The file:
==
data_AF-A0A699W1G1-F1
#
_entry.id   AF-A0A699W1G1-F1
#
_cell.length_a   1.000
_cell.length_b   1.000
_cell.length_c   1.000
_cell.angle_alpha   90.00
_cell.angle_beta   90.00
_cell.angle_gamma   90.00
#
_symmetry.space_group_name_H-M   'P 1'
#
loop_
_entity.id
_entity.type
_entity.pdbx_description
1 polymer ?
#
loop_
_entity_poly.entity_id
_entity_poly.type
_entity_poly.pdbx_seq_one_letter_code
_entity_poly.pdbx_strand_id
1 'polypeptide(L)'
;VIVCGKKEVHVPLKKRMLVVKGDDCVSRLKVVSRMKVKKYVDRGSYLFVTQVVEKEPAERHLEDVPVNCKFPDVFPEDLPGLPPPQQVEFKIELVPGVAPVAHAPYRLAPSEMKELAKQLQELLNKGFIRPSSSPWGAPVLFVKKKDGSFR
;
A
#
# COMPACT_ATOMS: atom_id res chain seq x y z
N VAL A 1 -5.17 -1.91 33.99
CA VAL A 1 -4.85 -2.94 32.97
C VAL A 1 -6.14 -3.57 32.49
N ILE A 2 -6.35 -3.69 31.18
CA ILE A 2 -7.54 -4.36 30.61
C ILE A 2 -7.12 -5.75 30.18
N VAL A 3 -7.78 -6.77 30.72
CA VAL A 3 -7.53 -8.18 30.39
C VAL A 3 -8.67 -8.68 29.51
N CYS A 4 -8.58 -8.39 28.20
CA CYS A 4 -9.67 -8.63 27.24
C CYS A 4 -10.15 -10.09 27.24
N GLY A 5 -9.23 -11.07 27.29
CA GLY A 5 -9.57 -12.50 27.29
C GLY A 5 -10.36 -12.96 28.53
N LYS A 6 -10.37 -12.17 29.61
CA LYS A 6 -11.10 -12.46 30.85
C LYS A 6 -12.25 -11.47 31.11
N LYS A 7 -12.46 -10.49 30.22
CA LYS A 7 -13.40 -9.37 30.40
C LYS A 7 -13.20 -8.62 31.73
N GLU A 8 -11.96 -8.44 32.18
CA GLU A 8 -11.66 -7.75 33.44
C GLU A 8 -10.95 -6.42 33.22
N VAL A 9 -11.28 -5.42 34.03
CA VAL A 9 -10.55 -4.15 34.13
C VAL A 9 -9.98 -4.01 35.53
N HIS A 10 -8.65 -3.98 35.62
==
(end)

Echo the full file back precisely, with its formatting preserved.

data_AF-A0A699W1G1-F1
#
_entry.id   AF-A0A699W1G1-F1
#
_cell.length_a   1.000
_cell.length_b   1.000
_cell.length_c   1.000
_cell.angle_alpha   90.00
_cell.angle_beta   90.00
_cell.angle_gamma   90.00
#
_symmetry.space_group_name_H-M   'P 1'
#
loop_
_entity.id
_entity.type
_entity.pdbx_description
1 polymer ?
#
loop_
_entity_poly.entity_id
_entity_poly.type
_entity_poly.pdbx_seq_one_letter_code
_entity_poly.pdbx_strand_id
1 'polypeptide(L)'
;VIVCGKKEVHVPLKKRMLVVKGDDCVSRLKVVSRMKVKKYVDRGSYLFVTQVVEKEPAERHLEDVPVNCKFPDVFPEDLPGLPPPQQVEFKIELVPGVAPVAHAPYRLAPSEMKELAKQLQELLNKGFIRPSSSPWGAPVLFVKKKDGSFR
;
A
#
# COMPACT_ATOMS: atom_id res chain seq x y z
N VAL A 1 -5.17 -1.91 33.99
CA VAL A 1 -4.85 -2.94 32.97
C VAL A 1 -6.14 -3.57 32.49
N ILE A 2 -6.35 -3.69 31.18
CA ILE A 2 -7.54 -4.36 30.61
C ILE A 2 -7.12 -5.75 30.18
N VAL A 3 -7.78 -6.77 30.72
CA VAL A 3 -7.53 -8.18 30.39
C VAL A 3 -8.67 -8.68 29.51
N CYS A 4 -8.58 -8.39 28.20
CA CYS A 4 -9.67 -8.63 27.24
C CYS A 4 -10.15 -10.09 27.24
N GLY A 5 -9.23 -11.07 27.29
CA GLY A 5 -9.57 -12.50 27.29
C GLY A 5 -10.36 -12.96 28.53
N LYS A 6 -10.37 -12.17 29.61
CA LYS A 6 -11.10 -12.46 30.85
C LYS A 6 -12.25 -11.47 31.11
N LYS A 7 -12.46 -10.49 30.22
CA LYS A 7 -13.40 -9.37 30.40
C LYS A 7 -13.20 -8.62 31.73
N GLU A 8 -11.96 -8.44 32.18
CA GLU A 8 -11.66 -7.75 33.44
C GLU A 8 -10.95 -6.42 33.22
N VAL A 9 -11.28 -5.42 34.03
CA VAL A 9 -10.55 -4.15 34.13
C VAL A 9 -9.98 -4.01 35.53
N HIS A 10 -8.65 -3.98 35.62